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Airlines pull Boeing Max jets to inspect electrical systems

April 9, 2021 Updated Fri., April 9, 2021 at 9:35 p.m.

This undated photo shows a Boeing jet. Boeing’s board of directors extended the retirement age for CEO David Calhoun to 70.  (Associated Press)
This undated photo shows a Boeing jet. Boeing’s board of directors extended the retirement age for CEO David Calhoun to 70. (Associated Press)
By David Koenig </p><p>and Michelle Chapman Associated Press

Airlines pulled dozens of Boeing Max 737s out of service for inspections after the aircraft maker told them about a possible electrical problem, the latest setback for the plane.

Boeing said Friday that the issue affected planes used by 16 airlines. The company did not say how many planes are affected or how long it will take for inspections and, if necessary, repairs.

Max jets were grounded worldwide in March 2019 after two crashes killed 346 people. The planes resumed flying in December after regulators in the U.S., Europe, Canada and Brazil approved changes Boeing made to an automated flight-control system that played a role in the crashes.

Boeing said the new issue, in which a component in the electrical power system might not be correctly grounded, was unrelated to the flight-control system.

Southwest Airlines, which began flying the Max again last month, said it removed 30 of its 58 Max jets from its schedule to inspect them. Southwest spokesman Brian Parrish said the airline has not experienced any known problems related to the electrical issue.

Southwest has a fleet of more than 700 Boeing 737s, most of them older models than the Max. Parish said the airline will use other planes to operate flights that had been scheduled with Max jet, and it anticipates only minimal disruption to its operation.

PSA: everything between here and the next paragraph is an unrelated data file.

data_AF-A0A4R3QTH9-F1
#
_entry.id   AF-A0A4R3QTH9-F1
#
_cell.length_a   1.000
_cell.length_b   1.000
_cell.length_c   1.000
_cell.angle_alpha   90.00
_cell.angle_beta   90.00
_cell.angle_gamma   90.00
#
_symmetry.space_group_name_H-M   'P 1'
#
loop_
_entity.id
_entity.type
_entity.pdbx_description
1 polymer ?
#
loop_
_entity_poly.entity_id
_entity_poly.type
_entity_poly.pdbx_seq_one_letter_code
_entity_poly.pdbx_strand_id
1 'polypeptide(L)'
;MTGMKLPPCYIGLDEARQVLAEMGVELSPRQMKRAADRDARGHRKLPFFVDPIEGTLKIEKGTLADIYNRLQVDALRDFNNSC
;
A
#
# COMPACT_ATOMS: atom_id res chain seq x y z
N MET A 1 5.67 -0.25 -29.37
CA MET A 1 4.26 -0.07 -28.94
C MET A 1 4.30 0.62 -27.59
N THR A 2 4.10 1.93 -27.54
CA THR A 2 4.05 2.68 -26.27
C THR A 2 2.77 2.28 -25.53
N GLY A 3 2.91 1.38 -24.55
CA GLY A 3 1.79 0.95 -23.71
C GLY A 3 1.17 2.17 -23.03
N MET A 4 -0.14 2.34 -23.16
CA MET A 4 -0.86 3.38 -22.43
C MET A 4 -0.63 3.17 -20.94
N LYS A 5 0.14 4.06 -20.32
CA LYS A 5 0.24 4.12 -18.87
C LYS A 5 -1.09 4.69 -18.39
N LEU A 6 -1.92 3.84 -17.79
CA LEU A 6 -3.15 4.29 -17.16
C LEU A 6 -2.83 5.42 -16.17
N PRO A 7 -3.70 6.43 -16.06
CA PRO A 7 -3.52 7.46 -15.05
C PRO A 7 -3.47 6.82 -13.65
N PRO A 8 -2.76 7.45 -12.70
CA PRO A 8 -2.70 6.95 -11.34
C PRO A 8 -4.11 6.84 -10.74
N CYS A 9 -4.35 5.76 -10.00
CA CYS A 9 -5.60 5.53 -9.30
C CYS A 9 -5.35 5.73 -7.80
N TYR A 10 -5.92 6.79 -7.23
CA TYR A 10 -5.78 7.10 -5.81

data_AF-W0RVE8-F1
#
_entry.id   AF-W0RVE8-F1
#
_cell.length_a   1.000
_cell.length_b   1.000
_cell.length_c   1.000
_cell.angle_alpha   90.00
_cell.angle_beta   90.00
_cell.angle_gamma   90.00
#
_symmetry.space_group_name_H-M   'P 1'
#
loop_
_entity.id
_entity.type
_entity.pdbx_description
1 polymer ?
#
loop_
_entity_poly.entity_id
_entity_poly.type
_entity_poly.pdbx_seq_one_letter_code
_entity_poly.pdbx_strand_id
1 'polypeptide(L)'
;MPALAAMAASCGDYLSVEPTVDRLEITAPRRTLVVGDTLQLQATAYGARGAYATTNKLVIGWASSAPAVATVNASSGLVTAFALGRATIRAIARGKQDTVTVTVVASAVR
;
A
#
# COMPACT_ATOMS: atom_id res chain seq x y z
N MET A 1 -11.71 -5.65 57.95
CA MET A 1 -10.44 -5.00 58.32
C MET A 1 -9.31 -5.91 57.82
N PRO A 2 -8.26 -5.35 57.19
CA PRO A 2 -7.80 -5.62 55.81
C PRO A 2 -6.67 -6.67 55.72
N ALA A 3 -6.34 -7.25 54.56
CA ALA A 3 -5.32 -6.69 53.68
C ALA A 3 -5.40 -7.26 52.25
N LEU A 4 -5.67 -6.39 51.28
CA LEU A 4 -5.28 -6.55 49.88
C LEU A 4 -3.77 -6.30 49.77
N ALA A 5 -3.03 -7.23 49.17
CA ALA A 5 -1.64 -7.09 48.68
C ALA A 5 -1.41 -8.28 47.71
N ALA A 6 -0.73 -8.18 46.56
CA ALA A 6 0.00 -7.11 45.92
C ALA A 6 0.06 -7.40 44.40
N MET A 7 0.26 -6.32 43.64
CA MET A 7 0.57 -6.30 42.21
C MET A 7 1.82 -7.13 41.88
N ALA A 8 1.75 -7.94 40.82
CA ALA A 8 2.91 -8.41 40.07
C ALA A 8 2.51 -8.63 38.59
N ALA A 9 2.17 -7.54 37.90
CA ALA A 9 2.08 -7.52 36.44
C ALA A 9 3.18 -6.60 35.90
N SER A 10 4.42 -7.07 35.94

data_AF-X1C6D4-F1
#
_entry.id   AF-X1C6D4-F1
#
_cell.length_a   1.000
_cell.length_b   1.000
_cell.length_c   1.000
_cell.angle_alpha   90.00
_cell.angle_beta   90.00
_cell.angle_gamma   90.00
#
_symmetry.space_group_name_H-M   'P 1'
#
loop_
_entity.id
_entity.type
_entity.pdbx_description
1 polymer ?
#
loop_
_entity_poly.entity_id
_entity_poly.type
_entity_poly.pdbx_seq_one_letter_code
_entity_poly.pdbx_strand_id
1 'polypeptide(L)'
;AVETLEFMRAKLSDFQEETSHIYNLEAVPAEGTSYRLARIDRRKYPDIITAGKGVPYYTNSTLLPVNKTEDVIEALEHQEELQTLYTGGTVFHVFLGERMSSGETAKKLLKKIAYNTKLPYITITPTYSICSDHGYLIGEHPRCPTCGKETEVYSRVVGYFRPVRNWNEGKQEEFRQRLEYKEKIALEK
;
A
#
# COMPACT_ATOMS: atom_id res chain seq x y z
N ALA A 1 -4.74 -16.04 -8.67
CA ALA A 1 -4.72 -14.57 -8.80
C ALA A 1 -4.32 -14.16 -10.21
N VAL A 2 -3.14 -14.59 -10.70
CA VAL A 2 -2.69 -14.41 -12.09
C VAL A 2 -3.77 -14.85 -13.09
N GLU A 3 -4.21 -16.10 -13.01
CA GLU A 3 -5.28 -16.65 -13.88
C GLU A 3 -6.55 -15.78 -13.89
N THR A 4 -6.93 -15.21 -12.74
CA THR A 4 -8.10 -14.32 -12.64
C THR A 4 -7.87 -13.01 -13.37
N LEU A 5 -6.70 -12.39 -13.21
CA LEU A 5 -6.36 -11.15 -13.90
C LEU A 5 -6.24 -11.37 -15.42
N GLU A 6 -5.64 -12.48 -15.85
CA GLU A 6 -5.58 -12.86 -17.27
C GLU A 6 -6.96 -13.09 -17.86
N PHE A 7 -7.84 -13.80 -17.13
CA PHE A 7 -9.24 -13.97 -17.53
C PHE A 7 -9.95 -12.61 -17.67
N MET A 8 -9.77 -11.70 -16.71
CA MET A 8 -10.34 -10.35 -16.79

American Airlines temporarily removed 17 of its 41 Max planes from service, according to a memo to employees. Boeing traced the issue to a production change made after the worldwide fleet of Max jets was grounded in 2019, American’s chief operating officer, David Seymour, said in the memo.

“We will never knowingly operate an aircraft with a known or potential issue,” Seymour said.

American was the first U.S. airline to resume flying the Max, in late December.

United Airlines said it temporarily grounded 16 of its 30 Max planes and will try to operate all flights with its other planes. The airline said it was in contact with Boeing and federal regulators to determine what steps are needed before the planes can return to service.

Alaska Airlines said it removed all four of its Max jets from service “to allow for inspections and for work to be done.”

Boeing said the electrical issue was discovered on a plane on the production line. The company said it is working closely with the Federal Aviation Administration on the matter.

Since the Max crashes, Boeing has made internal changes in response to accusations that it short-changed safety in pursuit of profits. Lawyers suing Boeing over the crashes seized on the latest problem with the planes.

“This grounding calls into question the safety of the Max and why Boeing’s claims of a ‘changed culture’ continue to ring hollow,” said Steven Marks, one of the lawyers representing relatives of passengers who were on board an Ethiopian Airlines Max that crashed in March 2019. “We don’t know what other issues exist.”

Shares of Boeing Co., based in Chicago, fell about 1% in afternoon trading.

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